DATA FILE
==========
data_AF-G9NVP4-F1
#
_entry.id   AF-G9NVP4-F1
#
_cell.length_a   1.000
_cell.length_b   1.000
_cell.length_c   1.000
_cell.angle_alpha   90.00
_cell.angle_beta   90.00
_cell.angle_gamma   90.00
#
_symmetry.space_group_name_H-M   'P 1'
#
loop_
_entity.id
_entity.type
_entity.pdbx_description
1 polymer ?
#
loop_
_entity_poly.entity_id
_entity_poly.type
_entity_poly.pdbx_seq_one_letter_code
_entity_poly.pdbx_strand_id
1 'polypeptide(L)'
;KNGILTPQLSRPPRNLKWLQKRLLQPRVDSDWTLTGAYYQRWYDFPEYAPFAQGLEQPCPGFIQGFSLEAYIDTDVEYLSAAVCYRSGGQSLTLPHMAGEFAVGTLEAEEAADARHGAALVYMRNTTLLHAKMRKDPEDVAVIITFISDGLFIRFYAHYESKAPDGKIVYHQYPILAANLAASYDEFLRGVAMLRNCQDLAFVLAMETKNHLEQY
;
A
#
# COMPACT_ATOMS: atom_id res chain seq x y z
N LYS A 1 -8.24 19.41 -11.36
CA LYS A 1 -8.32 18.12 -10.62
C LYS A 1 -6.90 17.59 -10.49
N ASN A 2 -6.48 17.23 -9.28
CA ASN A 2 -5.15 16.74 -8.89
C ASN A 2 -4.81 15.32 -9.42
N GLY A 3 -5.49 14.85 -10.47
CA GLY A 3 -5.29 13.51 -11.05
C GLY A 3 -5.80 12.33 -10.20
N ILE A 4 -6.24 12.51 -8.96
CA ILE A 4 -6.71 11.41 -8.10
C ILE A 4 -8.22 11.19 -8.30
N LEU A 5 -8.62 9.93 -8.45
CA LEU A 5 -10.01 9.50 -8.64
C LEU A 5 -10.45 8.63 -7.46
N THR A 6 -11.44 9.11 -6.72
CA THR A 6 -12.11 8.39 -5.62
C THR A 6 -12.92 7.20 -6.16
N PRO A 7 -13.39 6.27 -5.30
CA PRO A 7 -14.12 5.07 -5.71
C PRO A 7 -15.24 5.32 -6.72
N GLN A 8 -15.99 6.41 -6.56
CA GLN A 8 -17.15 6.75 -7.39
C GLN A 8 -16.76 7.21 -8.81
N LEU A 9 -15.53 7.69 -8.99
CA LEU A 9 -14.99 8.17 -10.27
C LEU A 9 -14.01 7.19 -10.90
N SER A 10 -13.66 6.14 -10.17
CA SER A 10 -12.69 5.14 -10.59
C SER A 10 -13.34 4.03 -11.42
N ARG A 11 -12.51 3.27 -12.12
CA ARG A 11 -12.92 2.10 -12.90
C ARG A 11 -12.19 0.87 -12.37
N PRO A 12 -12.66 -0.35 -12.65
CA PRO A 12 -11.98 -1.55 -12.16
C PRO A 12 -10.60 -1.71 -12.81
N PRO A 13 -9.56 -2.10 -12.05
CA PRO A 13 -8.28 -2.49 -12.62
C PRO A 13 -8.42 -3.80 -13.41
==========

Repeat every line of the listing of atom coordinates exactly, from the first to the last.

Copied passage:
data_AF-G9NVP4-F1
#
_entry.id   AF-G9NVP4-F1
#
_cell.length_a   1.000
_cell.length_b   1.000
_cell.length_c   1.000
_cell.angle_alpha   90.00
_cell.angle_beta   90.00
_cell.angle_gamma   90.00
#
_symmetry.space_group_name_H-M   'P 1'
#
loop_
_entity.id
_entity.type
_entity.pdbx_description
1 polymer ?
#
loop_
_entity_poly.entity_id
_entity_poly.type
_entity_poly.pdbx_seq_one_letter_code
_entity_poly.pdbx_strand_id
1 'polypeptide(L)'
;KNGILTPQLSRPPRNLKWLQKRLLQPRVDSDWTLTGAYYQRWYDFPEYAPFAQGLEQPCPGFIQGFSLEAYIDTDVEYLSAAVCYRSGGQSLTLPHMAGEFAVGTLEAEEAADARHGAALVYMRNTTLLHAKMRKDPEDVAVIITFISDGLFIRFYAHYESKAPDGKIVYHQYPILAANLAASYDEFLRGVAMLRNCQDLAFVLAMETKNHLEQY
;
A
#
# COMPACT_ATOMS: atom_id res chain seq x y z
N LYS A 1 -8.24 19.41 -11.36
CA LYS A 1 -8.32 18.12 -10.62
C LYS A 1 -6.90 17.59 -10.49
N ASN A 2 -6.48 17.23 -9.28
CA ASN A 2 -5.15 16.74 -8.89
C ASN A 2 -4.81 15.32 -9.42
N GLY A 3 -5.49 14.85 -10.47
CA GLY A 3 -5.29 13.51 -11.05
C GLY A 3 -5.80 12.33 -10.20
N ILE A 4 -6.24 12.51 -8.96
CA ILE A 4 -6.71 11.41 -8.10
C ILE A 4 -8.22 11.19 -8.30
N LEU A 5 -8.62 9.93 -8.45
CA LEU A 5 -10.01 9.50 -8.64
C LEU A 5 -10.45 8.63 -7.46
N THR A 6 -11.44 9.11 -6.72
CA THR A 6 -12.11 8.39 -5.62
C THR A 6 -12.92 7.20 -6.16
N PRO A 7 -13.39 6.27 -5.30
CA PRO A 7 -14.12 5.07 -5.71
C PRO A 7 -15.24 5.32 -6.72
N GLN A 8 -15.99 6.41 -6.56
CA GLN A 8 -17.15 6.75 -7.39
C GLN A 8 -16.76 7.21 -8.81
N LEU A 9 -15.53 7.69 -8.99
CA LEU A 9 -14.99 8.17 -10.27
C LEU A 9 -14.01 7.19 -10.90
N SER A 10 -13.66 6.14 -10.17
CA SER A 10 -12.69 5.14 -10.59
C SER A 10 -13.34 4.03 -11.42
N ARG A 11 -12.51 3.27 -12.12
CA ARG A 11 -12.92 2.10 -12.90
C ARG A 11 -12.19 0.87 -12.37
N PRO A 12 -12.66 -0.35 -12.65
CA PRO A 12 -11.98 -1.55 -12.16
C PRO A 12 -10.60 -1.71 -12.81
N PRO A 13 -9.56 -2.10 -12.05
CA PRO A 13 -8.28 -2.49 -12.62
C PRO A 13 -8.42 -3.80 -13.41